3. Data Analysis Activity Topic 2.14: Holding the Bureaucracy Accountable
    Data related to the Budget of a Bureaucratic Agency
  4. Data Analysis Activity Topic 2.15: Policy and the Branches of Government
    Data related to the Budget of a Bureaucratic Agency as Affected by Policy
  5. Data Analysis Activity Topic 4.2: Political Socialization
    Data related to Political Socialization
  6. Data Analysis Activity Topic 4.3: Changes in Ideology
    Data related to Ideology by Generation
  7. Data Analysis Activity Topic 4.5: Measuring Public Opinion
    Data related to Public Opinion Data
  8. Data Analysis Activity Topic 4.6: Evaluating Public Opinion Data
    Data related to Public Opinion Data
  9. Data Analysis Activity Topic 4.9: Ideology and Economic Policy
    Data related to Economic Policy and Ideology
  10. Data Analysis Activity Topic 5.2: Voter Turnout
    Data related to Voter Turnout
  11. Data Analysis Activity Topic 5.5: Third-Party Politics
    Data related to Third-Party Voting in Presidential Elections
  12. Data Analysis Activity Topic 5.6: Interest Groups Influencing Policy Making
    Data related to Interest Group Spending and Policy

*Individual activity subject/content subject to change.

Argumentation Activities

The College Board has developed a suite of argumentation activities for AP U.S. Government and Politics teachers.

The Argumentation Activities were developed by a team of master teachers to help you develop your students’ argumentation skills, teaching and practicing each component of the AP U.S. Government and Politics argumentation free-response question.

Log in to AP Classroom later in 2019 to access both the student and teacher versions of the following activities*:

  1. Argumentation Activity Topic 1.7: Relationship Between States and the Federal Government
    Articulating a defensible claim that establishes a line of reasoning on Federalism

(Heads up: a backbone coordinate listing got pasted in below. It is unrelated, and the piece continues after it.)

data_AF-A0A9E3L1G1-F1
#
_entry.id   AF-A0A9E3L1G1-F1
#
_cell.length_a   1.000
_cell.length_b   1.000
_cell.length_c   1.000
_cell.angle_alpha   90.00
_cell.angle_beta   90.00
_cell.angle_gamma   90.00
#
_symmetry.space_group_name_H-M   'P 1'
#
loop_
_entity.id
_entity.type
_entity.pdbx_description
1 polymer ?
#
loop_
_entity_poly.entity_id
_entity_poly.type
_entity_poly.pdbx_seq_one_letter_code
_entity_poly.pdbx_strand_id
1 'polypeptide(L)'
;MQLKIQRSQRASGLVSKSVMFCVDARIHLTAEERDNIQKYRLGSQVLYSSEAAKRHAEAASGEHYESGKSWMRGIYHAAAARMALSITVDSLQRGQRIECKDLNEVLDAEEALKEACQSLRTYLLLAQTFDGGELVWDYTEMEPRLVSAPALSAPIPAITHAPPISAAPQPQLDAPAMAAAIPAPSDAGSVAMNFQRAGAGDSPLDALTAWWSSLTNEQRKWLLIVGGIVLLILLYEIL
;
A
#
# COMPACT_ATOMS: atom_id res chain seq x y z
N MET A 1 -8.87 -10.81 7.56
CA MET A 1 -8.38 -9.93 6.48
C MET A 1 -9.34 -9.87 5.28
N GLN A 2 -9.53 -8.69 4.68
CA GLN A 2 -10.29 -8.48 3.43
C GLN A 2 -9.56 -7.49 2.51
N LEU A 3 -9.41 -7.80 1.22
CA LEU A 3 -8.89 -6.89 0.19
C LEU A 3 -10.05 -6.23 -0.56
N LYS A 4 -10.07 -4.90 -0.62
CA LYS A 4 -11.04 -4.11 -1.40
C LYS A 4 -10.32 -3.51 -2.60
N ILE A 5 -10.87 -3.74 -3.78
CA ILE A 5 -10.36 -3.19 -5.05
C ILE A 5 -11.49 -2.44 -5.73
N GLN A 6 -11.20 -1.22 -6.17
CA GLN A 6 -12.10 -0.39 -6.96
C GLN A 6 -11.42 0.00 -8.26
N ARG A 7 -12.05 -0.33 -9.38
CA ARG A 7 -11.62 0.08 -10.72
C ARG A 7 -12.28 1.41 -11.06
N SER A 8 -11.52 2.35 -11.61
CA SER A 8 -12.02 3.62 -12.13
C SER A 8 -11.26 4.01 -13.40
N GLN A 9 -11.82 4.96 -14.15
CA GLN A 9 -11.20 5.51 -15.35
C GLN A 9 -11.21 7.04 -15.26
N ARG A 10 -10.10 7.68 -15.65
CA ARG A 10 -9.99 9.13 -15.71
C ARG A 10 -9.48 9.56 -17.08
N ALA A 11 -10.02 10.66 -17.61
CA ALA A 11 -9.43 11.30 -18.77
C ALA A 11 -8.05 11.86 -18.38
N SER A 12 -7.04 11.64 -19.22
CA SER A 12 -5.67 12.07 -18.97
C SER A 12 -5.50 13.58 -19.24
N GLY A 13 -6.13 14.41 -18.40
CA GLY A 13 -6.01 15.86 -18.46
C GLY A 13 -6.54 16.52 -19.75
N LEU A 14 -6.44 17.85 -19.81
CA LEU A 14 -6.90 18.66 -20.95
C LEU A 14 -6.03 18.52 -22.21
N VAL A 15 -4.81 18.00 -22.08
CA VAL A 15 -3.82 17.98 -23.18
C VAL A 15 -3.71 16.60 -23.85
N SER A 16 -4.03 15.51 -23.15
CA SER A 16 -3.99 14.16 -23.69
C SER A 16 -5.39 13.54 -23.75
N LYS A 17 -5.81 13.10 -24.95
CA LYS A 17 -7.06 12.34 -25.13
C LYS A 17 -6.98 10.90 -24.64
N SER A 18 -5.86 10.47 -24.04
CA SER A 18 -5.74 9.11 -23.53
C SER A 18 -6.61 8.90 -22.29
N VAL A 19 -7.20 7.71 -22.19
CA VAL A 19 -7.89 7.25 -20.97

2. Argumentation Activity Topic 1.9: Federalism in Action
    Supporting an argument on Federalism using relevant evidence; builds on Topic 1.7 Activity
  3. Argumentation Activity Topic 3.3: First Amendment: Freedom of Speech
    Articulating a defensible claim that establishes a line of reasoning on whether Supreme Court rulings have expanded or limited individual rights
  4. Argumentation Activity Topic 3.6: Amendments: Balancing Individual Freedom with Public Order and Safety
    Supporting an argument on whether Supreme Court rulings have expanded or limited individual rights using relevant evidence; builds on Topic 3.3 Activity
  5. Argumentation Activity Topic 3.8: Amendments: Due Process and the Rights of the Accused
    Use reasoning to organize and analyze evidence (whether Supreme Court rulings have expanded or limited individual rights), explaining its significance to justify the claim/thesis; builds on Topic 3.6 Activity
  6. Argumentation Activity Topic 5.8: Electing a President
    Articulating a defensible claim that establishes a line of reasoning on the role of the president (using required documents)
  7. Argumentation Activity Topic 5.9: Congressional Elections
    Supporting an argument on the role of the president using relevant evidence from a list of required documents; builds on Topic 5.8 Activity
  8. Argumentation Activity Topic 5.10: Modern Campaigns
    Use reasoning to organize and analyze evidence (the role of the president), explaining its significance to justify the claim/thesis; builds on Topic 5.9 Activity
  9. Argumentation Activity Topic 5.12: The Media
    Use refutation, concession, or rebuttal to respond to an alternate perspective on the role of the president; builds on Topic 5.10 Activity

*Individual activity subject/content subject to change.